South Korea's top diplomat said today that the U.S. would consult with Seoul before taking any serious measures, or at least he hoped: "U.S. officials, mindful of such concerns here, repeatedly reaffirmed that (the U.S.) will closely discuss with South Korea its North Korea-related measures," foreign minister Yun Byung told a special parliamentary meeting. "In fact, the U.S. is working to reassure us that it will not, just in case that we might hold such concerns."
Of course, if the U.S. does not "closely discuss" any pre-strike plans, then... oops.
In any case, a new war may break out as soon as this weekend: "Two things are coming together this weekend," said retired Adm. James Stavridis, former commander of NATO and an NBC analyst. "One is the distinct possibility of a sixth North Korean nuclear weapons detonation and the other is an American carrier strike group, a great deal of firepower headed right at the Korean Peninsula."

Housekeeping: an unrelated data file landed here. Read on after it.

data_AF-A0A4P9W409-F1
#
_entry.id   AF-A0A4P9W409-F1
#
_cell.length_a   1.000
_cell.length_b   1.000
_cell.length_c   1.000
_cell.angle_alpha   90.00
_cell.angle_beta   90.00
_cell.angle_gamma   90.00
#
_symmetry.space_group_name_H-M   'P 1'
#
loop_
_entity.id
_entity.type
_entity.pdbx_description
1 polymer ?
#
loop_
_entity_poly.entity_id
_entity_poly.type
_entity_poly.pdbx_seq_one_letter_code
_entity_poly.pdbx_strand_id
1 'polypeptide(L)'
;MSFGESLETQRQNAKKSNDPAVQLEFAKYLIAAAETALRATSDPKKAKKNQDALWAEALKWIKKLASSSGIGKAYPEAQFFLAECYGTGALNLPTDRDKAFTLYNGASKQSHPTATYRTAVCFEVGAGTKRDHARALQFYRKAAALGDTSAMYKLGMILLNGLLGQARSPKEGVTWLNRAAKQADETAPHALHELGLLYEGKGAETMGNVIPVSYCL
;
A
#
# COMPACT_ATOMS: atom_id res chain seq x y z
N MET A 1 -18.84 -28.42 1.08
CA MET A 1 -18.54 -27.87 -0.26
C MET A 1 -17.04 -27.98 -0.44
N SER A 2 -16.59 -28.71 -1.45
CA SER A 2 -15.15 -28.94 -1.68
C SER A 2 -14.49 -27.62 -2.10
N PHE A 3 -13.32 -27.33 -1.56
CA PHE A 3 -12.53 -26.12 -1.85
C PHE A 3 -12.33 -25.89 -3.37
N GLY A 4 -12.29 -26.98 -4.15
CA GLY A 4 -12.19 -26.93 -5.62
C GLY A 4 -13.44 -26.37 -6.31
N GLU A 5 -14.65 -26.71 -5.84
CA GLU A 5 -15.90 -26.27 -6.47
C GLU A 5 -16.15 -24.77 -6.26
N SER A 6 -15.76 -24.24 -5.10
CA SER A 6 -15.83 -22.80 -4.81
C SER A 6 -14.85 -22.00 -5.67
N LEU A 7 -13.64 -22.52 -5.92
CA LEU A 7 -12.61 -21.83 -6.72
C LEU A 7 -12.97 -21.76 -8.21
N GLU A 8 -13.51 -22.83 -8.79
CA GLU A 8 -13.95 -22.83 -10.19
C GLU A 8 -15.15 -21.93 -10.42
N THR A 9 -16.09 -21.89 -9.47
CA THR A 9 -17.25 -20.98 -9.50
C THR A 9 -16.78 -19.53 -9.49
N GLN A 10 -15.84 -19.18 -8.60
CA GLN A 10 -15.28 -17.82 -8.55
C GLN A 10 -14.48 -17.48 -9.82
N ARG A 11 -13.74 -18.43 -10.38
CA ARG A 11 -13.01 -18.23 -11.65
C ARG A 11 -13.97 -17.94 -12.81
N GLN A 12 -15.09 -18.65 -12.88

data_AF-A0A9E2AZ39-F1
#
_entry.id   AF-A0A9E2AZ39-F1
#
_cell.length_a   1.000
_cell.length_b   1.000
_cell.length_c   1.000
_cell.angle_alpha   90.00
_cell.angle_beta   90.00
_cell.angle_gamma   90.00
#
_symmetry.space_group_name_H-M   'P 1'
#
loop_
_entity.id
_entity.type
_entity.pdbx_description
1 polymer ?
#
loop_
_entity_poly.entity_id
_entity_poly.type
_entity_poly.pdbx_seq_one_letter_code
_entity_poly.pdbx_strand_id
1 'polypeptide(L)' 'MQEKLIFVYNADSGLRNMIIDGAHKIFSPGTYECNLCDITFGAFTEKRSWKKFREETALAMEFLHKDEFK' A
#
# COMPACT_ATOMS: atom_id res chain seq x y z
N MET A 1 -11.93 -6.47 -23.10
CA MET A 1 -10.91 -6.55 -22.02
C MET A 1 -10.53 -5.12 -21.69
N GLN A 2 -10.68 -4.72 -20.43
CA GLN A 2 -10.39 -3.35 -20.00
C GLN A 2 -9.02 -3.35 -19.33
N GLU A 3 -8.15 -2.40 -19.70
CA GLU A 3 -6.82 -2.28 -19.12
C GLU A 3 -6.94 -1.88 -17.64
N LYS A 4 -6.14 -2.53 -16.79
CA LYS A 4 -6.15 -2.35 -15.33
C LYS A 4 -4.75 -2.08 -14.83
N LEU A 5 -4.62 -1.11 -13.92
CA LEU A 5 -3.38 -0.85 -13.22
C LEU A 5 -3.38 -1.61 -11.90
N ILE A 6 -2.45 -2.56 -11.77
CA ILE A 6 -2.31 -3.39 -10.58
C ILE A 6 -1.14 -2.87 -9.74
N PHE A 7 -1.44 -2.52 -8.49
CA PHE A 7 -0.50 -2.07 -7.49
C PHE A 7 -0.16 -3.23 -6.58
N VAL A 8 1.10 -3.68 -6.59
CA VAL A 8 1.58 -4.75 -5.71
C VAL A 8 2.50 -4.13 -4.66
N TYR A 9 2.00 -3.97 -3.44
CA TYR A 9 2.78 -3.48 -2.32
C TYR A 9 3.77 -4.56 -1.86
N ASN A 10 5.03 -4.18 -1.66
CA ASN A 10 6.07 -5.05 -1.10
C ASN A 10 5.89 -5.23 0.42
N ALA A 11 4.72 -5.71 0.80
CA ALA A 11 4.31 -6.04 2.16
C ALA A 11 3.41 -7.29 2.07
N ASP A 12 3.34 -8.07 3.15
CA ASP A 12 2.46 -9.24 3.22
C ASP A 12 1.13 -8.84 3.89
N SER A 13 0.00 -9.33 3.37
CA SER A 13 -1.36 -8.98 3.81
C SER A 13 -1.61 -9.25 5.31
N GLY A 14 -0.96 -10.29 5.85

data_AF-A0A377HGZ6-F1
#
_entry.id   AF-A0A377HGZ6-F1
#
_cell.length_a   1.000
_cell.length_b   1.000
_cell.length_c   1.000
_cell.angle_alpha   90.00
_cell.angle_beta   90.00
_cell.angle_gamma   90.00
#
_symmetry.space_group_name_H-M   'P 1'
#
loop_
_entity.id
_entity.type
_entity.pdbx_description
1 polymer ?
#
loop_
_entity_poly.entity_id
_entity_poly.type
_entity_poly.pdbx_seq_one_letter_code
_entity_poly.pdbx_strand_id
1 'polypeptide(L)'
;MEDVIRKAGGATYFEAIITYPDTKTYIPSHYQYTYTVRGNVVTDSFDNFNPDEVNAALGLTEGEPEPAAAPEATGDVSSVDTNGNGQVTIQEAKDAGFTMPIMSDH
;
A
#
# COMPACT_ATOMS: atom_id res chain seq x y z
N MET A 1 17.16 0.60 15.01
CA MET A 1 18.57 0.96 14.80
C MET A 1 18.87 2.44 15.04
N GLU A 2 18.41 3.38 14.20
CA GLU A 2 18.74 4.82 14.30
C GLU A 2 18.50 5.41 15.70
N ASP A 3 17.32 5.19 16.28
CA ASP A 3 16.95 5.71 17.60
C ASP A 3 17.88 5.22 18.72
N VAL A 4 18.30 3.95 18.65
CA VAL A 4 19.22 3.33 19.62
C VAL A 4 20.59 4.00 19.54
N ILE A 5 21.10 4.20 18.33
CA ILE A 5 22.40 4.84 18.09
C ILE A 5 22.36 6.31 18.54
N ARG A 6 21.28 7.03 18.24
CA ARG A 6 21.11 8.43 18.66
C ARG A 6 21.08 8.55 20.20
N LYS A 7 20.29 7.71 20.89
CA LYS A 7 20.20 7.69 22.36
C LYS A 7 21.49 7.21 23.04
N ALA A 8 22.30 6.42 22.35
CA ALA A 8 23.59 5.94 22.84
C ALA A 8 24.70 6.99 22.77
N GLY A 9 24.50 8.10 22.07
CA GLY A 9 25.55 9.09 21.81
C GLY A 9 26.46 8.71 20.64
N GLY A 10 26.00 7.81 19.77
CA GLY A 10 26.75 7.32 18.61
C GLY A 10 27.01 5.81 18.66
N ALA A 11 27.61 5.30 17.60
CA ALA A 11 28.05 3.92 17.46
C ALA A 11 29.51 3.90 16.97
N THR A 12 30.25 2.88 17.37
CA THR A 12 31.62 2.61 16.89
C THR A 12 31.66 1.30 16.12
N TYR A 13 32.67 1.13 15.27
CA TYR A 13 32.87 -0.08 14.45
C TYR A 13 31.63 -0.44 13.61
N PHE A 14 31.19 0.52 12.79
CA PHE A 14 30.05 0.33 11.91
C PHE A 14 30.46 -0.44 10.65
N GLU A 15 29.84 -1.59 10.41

The U.S. is aware that simply preparing an attack, even if it will only be launched if there is an "imminent" North Korean action, increases the danger of provoking a large conflict, multiple sources told NBC News.
"It's high stakes," a senior intelligence official directly involved in the planning told NBC News. "We are trying to communicate our level of concern and the existence of many military options to dissuade the North first."
"It's a feat that we've never achieved before but there is a new sense of resolve here," the official said, referring to the White House.